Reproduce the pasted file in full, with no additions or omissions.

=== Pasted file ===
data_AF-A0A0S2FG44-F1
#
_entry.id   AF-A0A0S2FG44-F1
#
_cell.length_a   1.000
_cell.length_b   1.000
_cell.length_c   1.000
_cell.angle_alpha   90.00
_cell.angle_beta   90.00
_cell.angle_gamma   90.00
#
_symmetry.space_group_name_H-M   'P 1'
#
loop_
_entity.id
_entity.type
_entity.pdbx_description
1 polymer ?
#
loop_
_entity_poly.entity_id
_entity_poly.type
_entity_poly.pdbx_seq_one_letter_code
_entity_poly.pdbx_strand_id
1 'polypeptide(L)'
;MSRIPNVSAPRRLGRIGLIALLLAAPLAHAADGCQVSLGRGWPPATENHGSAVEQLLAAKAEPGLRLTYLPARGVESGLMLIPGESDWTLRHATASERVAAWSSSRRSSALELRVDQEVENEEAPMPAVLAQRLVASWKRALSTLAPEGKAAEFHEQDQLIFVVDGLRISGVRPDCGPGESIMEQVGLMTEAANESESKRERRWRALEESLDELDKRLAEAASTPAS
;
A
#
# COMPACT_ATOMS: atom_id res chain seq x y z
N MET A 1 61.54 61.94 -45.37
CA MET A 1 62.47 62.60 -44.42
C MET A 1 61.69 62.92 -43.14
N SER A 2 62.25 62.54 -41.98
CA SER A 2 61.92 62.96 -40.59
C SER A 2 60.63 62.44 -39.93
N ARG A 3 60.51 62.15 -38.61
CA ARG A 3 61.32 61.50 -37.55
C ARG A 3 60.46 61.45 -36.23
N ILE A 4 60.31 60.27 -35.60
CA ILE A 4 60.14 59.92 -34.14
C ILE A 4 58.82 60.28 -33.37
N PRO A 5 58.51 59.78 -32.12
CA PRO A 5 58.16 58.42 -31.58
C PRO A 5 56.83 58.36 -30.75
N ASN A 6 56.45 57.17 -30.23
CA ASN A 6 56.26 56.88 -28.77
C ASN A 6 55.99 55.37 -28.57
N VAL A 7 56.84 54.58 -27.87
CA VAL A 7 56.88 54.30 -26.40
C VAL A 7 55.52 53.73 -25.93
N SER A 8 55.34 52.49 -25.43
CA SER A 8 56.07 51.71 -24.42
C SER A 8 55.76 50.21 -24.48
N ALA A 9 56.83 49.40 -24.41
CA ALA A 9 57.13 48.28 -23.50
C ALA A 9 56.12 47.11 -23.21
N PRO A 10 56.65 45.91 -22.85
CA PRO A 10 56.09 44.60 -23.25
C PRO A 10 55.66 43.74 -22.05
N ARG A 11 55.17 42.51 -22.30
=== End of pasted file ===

data_AF-A0A0S2FG44-F1
#
_entry.id   AF-A0A0S2FG44-F1
#
_cell.length_a   1.000
_cell.length_b   1.000
_cell.length_c   1.000
_cell.angle_alpha   90.00
_cell.angle_beta   90.00
_cell.angle_gamma   90.00
#
_symmetry.space_group_name_H-M   'P 1'
#
loop_
_entity.id
_entity.type
_entity.pdbx_description
1 polymer ?
#
loop_
_entity_poly.entity_id
_entity_poly.type
_entity_poly.pdbx_seq_one_letter_code
_entity_poly.pdbx_strand_id
1 'polypeptide(L)'
;MSRIPNVSAPRRLGRIGLIALLLAAPLAHAADGCQVSLGRGWPPATENHGSAVEQLLAAKAEPGLRLTYLPARGVESGLMLIPGESDWTLRHATASERVAAWSSSRRSSALELRVDQEVENEEAPMPAVLAQRLVASWKRALSTLAPEGKAAEFHEQDQLIFVVDGLRISGVRPDCGPGESIMEQVGLMTEAANESESKRERRWRALEESLDELDKRLAEAASTPAS
;
A
#
# COMPACT_ATOMS: atom_id res chain seq x y z
N MET A 1 61.54 61.94 -45.37
CA MET A 1 62.47 62.60 -44.42
C MET A 1 61.69 62.92 -43.14
N SER A 2 62.25 62.54 -41.98
CA SER A 2 61.92 62.96 -40.59
C SER A 2 60.63 62.44 -39.93
N ARG A 3 60.51 62.15 -38.61
CA ARG A 3 61.32 61.50 -37.55
C ARG A 3 60.46 61.45 -36.23
N ILE A 4 60.31 60.27 -35.60
CA ILE A 4 60.14 59.92 -34.14
C ILE A 4 58.82 60.28 -33.37
N PRO A 5 58.51 59.78 -32.12
CA PRO A 5 58.16 58.42 -31.58
C PRO A 5 56.83 58.36 -30.75
N ASN A 6 56.45 57.17 -30.23
CA ASN A 6 56.26 56.88 -28.77
C ASN A 6 55.99 55.37 -28.57
N VAL A 7 56.84 54.58 -27.87
CA VAL A 7 56.88 54.30 -26.40
C VAL A 7 55.52 53.73 -25.93
N SER A 8 55.34 52.49 -25.43
CA SER A 8 56.07 51.71 -24.42
C SER A 8 55.76 50.21 -24.48
N ALA A 9 56.83 49.40 -24.41
CA ALA A 9 57.13 48.28 -23.50
C ALA A 9 56.12 47.11 -23.21
N PRO A 10 56.65 45.91 -22.85
CA PRO A 10 56.09 44.60 -23.25
C PRO A 10 55.66 43.74 -22.05
N ARG A 11 55.17 42.51 -22.30